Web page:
High Court to consider DEA judicial review this week

By | Published on Tuesday 22 March 2011


BT and TalkTalk’s application for a judicial review of the copyright section of the Digital Economy Act will be assessed in more detail by the High Court this week.

The High Court agreed last November to consider the internet service providers’ gripes with the way the copyright bit of the DEA was constructed and rushed through parliament, and will this week give those gripes more consideration before deciding whether to proceed to a full judicial review. If they do, it could take a full year for the courts to rule, further postponing the launch of the three-strikes-style anti-piracy system the DEA put in place.

As previously reported, BT and TalkTalk claim the anti-file-sharing measures in the DEA infringe the “basic rights and freedoms” of net users, and that the proposals did not get sufficient scrutiny when the Labour government rushed them through parliament to ensure they were passed before last year’s General Election. If the courts agreed, they could force ministers to rethink the DEA’s copyright provisions and take them back to parliament for another vote.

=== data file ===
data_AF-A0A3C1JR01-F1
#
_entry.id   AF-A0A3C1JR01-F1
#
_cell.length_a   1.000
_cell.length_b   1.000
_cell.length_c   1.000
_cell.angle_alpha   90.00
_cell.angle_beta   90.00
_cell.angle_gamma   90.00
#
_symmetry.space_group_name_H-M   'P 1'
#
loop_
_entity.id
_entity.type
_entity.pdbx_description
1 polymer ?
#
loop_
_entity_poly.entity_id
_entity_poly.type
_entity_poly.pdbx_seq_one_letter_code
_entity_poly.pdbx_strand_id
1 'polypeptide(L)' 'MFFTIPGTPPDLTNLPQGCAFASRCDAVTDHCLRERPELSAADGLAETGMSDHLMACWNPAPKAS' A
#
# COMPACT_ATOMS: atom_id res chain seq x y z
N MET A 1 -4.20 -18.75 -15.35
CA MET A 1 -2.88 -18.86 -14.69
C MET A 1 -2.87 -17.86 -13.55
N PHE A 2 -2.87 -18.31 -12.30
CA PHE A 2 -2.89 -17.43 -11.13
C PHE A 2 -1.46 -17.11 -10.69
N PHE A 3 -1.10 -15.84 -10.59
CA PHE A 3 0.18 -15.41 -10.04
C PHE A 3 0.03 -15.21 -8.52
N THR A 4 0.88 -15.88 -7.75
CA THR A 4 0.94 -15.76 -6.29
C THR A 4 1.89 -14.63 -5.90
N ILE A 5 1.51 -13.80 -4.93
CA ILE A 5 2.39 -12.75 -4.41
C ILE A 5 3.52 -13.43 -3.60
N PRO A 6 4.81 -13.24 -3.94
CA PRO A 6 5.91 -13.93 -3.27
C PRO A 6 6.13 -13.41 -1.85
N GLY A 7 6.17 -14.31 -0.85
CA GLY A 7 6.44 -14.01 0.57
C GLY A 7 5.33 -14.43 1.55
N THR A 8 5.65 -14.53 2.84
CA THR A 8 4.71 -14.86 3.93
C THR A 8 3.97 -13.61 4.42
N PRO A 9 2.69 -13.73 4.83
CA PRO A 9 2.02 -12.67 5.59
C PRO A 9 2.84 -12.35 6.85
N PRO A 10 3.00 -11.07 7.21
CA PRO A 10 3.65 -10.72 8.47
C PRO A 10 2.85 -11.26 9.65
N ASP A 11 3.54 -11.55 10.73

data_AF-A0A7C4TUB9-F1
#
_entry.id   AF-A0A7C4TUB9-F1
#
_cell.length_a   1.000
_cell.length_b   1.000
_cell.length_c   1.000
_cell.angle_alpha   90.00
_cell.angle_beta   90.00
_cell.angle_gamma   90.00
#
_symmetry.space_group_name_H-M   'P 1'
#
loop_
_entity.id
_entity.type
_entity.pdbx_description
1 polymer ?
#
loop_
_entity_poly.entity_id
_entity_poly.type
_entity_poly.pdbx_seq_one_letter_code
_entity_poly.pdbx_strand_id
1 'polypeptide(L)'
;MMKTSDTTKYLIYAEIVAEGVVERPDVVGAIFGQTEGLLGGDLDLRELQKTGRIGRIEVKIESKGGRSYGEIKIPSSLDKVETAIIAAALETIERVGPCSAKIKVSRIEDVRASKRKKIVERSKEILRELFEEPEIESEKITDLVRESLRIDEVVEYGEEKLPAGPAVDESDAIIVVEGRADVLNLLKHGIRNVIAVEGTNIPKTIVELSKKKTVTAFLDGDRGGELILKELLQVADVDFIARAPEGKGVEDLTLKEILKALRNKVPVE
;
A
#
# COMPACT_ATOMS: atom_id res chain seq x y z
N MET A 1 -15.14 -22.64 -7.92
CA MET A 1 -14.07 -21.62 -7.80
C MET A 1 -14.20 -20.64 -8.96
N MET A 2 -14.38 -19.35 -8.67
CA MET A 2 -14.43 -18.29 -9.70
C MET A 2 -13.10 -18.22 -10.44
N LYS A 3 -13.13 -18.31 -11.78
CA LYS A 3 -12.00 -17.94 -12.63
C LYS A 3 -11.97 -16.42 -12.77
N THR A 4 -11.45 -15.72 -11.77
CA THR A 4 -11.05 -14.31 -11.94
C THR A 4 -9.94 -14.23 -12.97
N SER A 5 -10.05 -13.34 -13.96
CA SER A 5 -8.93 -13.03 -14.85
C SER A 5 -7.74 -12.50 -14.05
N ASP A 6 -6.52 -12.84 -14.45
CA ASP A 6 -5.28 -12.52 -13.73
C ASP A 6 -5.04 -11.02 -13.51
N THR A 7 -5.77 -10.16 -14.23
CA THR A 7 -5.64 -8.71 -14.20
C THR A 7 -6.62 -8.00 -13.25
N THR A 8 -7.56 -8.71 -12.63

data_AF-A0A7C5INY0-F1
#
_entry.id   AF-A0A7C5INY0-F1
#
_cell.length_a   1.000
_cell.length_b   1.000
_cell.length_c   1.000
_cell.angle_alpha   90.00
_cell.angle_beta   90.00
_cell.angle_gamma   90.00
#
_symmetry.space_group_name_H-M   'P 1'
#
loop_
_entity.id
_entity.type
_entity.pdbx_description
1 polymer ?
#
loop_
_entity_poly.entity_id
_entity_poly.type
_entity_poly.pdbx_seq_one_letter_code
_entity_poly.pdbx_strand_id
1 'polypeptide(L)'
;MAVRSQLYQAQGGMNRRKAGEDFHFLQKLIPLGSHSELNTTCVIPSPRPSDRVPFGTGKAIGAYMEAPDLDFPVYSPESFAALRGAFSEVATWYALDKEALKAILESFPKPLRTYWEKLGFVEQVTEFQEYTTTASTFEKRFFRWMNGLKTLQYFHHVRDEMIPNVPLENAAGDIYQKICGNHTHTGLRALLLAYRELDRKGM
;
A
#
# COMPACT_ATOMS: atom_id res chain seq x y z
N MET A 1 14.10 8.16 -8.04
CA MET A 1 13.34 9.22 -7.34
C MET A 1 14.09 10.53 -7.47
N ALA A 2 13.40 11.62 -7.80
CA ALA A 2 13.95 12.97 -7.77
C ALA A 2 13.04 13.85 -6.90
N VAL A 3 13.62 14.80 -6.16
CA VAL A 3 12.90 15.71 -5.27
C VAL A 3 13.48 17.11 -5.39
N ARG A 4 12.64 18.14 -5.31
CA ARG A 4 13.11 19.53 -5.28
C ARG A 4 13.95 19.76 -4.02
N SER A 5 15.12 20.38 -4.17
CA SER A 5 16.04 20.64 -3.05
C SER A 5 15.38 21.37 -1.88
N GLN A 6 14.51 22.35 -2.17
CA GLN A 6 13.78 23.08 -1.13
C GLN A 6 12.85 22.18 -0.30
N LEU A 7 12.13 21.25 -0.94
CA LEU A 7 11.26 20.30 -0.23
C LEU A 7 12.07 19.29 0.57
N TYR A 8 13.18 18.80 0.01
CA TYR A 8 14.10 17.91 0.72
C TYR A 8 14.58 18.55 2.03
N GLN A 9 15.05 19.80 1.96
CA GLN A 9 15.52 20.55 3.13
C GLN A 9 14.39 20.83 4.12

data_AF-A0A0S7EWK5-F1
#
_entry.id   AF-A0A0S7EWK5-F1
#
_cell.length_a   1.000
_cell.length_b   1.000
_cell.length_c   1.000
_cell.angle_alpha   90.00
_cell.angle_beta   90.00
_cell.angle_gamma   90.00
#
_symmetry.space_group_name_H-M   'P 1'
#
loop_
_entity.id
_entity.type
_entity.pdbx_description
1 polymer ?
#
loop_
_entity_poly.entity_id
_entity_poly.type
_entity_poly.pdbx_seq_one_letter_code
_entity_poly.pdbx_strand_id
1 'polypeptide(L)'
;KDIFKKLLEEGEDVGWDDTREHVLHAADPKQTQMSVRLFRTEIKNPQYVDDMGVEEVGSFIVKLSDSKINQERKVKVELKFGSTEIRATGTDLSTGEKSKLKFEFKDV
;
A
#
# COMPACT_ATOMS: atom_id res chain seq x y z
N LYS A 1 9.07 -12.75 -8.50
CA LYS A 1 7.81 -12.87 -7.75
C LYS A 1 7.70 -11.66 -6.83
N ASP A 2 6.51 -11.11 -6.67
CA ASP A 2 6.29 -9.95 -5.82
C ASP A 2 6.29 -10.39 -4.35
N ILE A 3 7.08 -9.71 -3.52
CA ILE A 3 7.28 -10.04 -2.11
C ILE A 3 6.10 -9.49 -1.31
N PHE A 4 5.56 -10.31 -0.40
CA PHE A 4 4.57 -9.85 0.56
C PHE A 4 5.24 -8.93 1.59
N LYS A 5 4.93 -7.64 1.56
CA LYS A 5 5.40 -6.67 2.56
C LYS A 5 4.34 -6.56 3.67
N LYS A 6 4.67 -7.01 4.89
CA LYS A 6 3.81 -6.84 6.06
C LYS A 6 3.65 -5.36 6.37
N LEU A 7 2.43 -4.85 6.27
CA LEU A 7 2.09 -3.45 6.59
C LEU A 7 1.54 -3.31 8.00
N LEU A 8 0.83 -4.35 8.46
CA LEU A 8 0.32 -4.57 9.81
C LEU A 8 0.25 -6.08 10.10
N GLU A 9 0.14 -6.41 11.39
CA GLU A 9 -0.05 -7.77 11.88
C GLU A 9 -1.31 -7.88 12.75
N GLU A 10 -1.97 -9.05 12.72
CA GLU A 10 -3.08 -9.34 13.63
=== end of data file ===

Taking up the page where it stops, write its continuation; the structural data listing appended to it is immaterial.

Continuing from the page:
Even if the legal action is ultimately unsuccessful, if the full review goes ahead those who support the three-strikes-style system will be disappointed by the inevitable delay, given some hoped initial letters would already be going out to suspected file-sharers by now, whereas it increasingly looks likely that won’t happen before spring 2012 at the earliest.

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